Few small steps:

1. Define the start time: (should happen at the same time you start the timer)

`startTime = (NSDate.timeIntervalSinceReferenceDate())`

2. Measure the time difference

`let elapsed = NSDate.timeIntervalSinceReferenceDate() - startTime`

## Proper way to measure time in swift

A couple of observations:

1. In terms of the best way to measure speed you can use `Date` or `CFAbsoluteTimeGetCurrent`, but you'll see that the documentation for those will warn you that

Repeated calls to this function do not guarantee monotonically increasing results.

This is effectively warning you that, in the unlikely event that there is an adjustment to the system's clock in the intervening period, the calculated elapsed time may not be entirely accurate.

It is advised to use `mach_time` if you need a great deal of accuracy when measuring the elapsed time. This involves some annoying CPU-specific adjustments (See Technical Q&A 1398.), but `CACurrentMediaTime` offers a simple alternative because it uses `mach_time` (which does not suffer this problem), but converts it to seconds to make it really easy to use.

2. The aforementioned notwithstanding, it seems that there is a more fundamental issue at play here: It looks like you're trying to reconcile a difference between to very different ways of running Swift code, namely:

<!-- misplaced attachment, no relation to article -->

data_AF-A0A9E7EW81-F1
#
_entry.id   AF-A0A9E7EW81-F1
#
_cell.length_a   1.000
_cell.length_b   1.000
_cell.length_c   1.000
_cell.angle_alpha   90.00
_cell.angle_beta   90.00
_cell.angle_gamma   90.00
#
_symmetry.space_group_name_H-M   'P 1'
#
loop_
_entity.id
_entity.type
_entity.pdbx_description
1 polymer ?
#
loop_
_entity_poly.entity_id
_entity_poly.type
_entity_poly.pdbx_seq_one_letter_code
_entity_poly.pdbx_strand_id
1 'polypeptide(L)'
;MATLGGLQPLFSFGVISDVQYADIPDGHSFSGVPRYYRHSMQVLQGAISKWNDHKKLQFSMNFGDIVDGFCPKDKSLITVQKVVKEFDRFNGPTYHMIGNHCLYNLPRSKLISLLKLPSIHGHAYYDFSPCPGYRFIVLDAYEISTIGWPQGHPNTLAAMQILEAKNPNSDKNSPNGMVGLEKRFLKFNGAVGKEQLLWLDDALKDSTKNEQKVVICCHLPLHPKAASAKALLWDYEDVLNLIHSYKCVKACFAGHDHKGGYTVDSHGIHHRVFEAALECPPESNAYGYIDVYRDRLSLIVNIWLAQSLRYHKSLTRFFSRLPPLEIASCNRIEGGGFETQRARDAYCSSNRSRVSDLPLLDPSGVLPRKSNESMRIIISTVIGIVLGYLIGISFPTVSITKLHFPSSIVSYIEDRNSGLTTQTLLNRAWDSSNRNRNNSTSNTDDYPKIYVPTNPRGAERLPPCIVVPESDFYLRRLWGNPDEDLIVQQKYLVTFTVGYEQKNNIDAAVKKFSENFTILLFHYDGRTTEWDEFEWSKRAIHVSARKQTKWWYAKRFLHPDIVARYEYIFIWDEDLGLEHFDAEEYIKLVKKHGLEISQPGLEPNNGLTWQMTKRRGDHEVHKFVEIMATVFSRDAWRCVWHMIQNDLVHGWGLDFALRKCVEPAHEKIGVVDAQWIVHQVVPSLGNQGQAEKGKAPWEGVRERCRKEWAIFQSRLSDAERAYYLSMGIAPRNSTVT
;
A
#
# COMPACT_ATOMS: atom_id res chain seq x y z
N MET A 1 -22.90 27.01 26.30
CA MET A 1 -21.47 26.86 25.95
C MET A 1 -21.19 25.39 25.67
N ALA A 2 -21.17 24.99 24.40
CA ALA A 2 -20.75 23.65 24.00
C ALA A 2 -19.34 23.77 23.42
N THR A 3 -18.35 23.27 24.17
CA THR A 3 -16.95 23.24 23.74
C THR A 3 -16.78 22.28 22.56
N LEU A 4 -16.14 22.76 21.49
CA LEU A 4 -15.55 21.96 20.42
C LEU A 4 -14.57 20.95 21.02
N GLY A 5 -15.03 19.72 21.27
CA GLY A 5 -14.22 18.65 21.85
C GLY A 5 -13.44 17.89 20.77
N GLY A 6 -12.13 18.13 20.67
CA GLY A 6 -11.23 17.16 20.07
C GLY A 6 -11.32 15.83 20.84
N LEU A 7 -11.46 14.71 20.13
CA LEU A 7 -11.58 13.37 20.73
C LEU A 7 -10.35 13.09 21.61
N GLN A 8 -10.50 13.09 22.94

``swiftc hello.swift -o hellotime ./hello``

and

``time swift hello.swift``

The former is compiling `hello.swift` into a stand alone executable. The latter is loading `swift` REPL, which then effectively interprets the Swift code.

This has nothing to do with the "proper" way to measure time. The time to execute the pre-compiled version should always be faster than invoking `swift` and passing it a source file. Not only is there more more overhead in invoking the latter, but the execution of the pre-compiled version is likely to be faster once execution starts, as well.

3. If you're really benchmarking the performance of running these routines, you should not rely on a single sort of 5000 items. I'd suggest sorting millions of items and repeating this multiple times and averaging the statistics. A single iteration of the sort is unsufficient to draw any meaningful conclusions.

Bottom line, you need to decide whether you want to benchmark just the execution of the code, but also the overhead of starting the REPL, too.

## Swift - Calculating elapsed time takes too long?